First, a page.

Sinterklaas and Zwarte Piet
When my DH and I were in Amsterdam last month, we encountered a Christmas celebration at the Church of St. Maarten in Utrecht. The picture at the left shows Zwarte Piet, the Dutch equivalent of Santa’s helper. (Behind the garishly dressed little gift giver, you can see my Dutch friends Alfke, Nynke and Asbjorn having a great time!)
Nynke explained that St. Nicholas comes to the Netherlands each year on December 6th to leave gifts in children’s shoes. Of course, good children receive good gifts and bad ones find only switches and lumps of coal in theirs. The historical St. Nicholas was the bishop of Myra (part of present day Turkey), but in Dutch tradition, he comes not from the North Pole, but from Spain! And his helpers aren’t elves. They are Moors.
Nynke says the Dutch news media has a great time reporting on emSinterKlaas’s/em progress toward Holland. His ship is often lost at sea or threatened with delay, but somehow, he always manages to arrive in time.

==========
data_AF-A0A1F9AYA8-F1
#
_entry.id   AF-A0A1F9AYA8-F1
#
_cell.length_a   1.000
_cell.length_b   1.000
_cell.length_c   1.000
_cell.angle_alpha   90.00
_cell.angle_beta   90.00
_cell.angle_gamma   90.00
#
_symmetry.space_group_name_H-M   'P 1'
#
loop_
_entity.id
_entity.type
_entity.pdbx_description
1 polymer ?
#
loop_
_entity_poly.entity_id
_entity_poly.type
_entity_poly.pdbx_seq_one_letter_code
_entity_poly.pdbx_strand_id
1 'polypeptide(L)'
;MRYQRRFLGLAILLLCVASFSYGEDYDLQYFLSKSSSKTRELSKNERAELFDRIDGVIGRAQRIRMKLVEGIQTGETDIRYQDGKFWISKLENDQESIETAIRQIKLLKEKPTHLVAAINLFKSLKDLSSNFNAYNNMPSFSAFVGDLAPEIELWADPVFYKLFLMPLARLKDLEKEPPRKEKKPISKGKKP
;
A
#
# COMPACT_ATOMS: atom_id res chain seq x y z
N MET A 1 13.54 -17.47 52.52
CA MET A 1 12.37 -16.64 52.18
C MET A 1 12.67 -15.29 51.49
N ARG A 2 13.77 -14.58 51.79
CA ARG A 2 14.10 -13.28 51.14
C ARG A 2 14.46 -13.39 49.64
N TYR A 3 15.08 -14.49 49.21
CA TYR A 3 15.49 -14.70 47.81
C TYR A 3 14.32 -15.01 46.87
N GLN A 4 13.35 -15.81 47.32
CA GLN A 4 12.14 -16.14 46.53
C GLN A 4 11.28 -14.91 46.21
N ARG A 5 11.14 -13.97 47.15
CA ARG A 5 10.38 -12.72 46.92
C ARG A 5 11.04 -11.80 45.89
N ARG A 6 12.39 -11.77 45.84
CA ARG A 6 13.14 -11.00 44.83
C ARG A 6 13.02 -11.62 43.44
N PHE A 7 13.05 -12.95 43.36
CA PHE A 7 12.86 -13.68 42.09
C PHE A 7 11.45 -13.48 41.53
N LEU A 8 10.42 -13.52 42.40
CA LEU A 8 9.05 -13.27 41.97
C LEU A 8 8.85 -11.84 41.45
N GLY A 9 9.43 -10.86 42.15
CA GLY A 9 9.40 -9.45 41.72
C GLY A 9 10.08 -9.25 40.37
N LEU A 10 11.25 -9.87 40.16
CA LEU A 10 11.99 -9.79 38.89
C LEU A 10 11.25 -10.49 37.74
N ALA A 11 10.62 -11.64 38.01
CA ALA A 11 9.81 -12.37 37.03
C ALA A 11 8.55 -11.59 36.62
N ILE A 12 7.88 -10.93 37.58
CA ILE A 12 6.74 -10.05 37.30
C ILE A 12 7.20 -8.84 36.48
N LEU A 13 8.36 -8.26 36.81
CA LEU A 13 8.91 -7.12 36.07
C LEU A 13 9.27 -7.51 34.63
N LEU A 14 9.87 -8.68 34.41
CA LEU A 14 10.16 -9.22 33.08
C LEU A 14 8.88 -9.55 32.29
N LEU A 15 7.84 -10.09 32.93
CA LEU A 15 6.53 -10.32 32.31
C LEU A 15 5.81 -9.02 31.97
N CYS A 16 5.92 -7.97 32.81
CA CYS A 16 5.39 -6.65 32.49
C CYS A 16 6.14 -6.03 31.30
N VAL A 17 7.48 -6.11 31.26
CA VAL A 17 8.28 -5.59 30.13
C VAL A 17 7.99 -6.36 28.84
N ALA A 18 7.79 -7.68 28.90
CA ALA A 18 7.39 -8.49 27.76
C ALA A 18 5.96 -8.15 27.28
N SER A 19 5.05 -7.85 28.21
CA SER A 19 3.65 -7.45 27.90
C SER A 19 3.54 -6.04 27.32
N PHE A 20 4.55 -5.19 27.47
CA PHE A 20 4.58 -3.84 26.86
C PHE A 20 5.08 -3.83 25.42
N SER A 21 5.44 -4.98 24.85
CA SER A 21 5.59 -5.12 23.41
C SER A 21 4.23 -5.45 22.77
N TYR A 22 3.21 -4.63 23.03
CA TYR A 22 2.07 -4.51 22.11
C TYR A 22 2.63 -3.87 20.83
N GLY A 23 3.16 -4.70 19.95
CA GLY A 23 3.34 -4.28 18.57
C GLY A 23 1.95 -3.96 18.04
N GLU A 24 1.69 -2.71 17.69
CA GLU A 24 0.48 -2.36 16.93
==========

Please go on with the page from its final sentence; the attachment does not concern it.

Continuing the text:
The children obviously love Zwarte Piet, and his smiling face was in all the stores as a reminder to parents that the Feast of St. Nicholas was coming. (It’s an ill tradition that doesn’t blow a spending windfall into the economy.)
The custom of Sinterklaas bringing gifts is an old one. When we visited the Rijkmuseum (a fabulous collection of Dutch masters!) we saw this painting by Jan Steen called the emFeast of St. Nicholas/em. Like our Santa Claus, Sinterklaas keeps a book in which he records the deeds of children and bases their gifts on what’s written there. The little girl in the foreground clutches her lovely new doll while a boy to the left knuckles his eyes to swipe away tears. He was obviously a naughty child who received only switches and coal.
I’m always fascinated by how Christmas is celebrated in other cultures. My husband’s family is Norwegian, so that means they have emlefsa (a delicious potato-based flat bread)/em and emlutefisk (codfish stored in lye, then smothered in butter once it’s cooked so it will slither down your throat on its own. It’s something of a rite of passage.)
Does your family incorporate any elements from other lands into your celebration? Any special recipes or traditions you’d like to share?